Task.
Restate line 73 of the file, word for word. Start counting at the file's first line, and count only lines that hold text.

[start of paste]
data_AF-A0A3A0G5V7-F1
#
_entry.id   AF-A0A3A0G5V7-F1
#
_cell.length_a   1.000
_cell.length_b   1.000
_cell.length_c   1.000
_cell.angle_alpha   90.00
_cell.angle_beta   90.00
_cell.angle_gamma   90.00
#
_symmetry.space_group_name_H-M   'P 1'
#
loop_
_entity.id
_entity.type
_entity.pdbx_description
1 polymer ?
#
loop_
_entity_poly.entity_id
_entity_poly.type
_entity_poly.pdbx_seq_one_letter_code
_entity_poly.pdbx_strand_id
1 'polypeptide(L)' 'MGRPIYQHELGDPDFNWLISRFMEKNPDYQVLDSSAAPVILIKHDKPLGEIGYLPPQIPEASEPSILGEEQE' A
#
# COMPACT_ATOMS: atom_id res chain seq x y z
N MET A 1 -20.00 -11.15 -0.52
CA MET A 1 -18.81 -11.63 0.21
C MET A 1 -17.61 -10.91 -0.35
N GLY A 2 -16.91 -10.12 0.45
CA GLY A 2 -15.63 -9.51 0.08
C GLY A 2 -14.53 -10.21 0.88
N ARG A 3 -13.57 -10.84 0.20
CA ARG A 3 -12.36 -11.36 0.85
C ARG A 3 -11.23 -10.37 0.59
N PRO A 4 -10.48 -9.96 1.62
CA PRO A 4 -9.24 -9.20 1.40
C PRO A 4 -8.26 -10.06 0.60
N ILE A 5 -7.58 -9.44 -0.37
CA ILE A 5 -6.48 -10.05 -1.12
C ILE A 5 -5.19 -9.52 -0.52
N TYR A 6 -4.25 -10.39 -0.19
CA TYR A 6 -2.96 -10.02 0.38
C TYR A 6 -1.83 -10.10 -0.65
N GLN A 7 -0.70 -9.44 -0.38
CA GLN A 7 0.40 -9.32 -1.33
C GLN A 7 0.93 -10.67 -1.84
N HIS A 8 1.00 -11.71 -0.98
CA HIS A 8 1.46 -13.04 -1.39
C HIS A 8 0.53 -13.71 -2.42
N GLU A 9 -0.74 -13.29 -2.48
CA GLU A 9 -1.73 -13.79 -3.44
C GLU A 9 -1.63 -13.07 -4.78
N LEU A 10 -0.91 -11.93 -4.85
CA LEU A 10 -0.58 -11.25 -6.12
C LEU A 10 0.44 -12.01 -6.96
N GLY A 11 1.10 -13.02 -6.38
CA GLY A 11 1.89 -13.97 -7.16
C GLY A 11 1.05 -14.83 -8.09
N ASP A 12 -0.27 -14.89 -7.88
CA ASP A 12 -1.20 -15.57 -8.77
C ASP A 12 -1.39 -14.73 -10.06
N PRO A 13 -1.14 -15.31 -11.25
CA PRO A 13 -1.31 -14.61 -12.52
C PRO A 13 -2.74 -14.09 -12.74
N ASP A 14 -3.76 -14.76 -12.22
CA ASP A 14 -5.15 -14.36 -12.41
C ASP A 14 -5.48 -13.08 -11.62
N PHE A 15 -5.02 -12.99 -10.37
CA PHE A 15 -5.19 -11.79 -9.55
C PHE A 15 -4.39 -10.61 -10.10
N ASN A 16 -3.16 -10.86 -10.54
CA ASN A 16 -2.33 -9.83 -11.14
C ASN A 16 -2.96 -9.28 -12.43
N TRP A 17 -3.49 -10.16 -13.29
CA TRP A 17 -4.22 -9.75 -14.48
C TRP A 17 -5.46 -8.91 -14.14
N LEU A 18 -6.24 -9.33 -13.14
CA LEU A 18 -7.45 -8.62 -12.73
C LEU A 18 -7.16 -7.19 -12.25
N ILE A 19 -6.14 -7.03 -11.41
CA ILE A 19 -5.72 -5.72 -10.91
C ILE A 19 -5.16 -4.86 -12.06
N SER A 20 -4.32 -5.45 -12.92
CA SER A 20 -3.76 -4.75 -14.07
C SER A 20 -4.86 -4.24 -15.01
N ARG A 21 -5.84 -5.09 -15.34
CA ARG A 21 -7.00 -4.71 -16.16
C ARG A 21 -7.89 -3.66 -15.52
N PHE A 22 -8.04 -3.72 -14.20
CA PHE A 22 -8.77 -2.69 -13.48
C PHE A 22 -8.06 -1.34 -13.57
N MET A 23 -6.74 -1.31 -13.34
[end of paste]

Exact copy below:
N ASN A 16 -3.16 -10.86 -10.54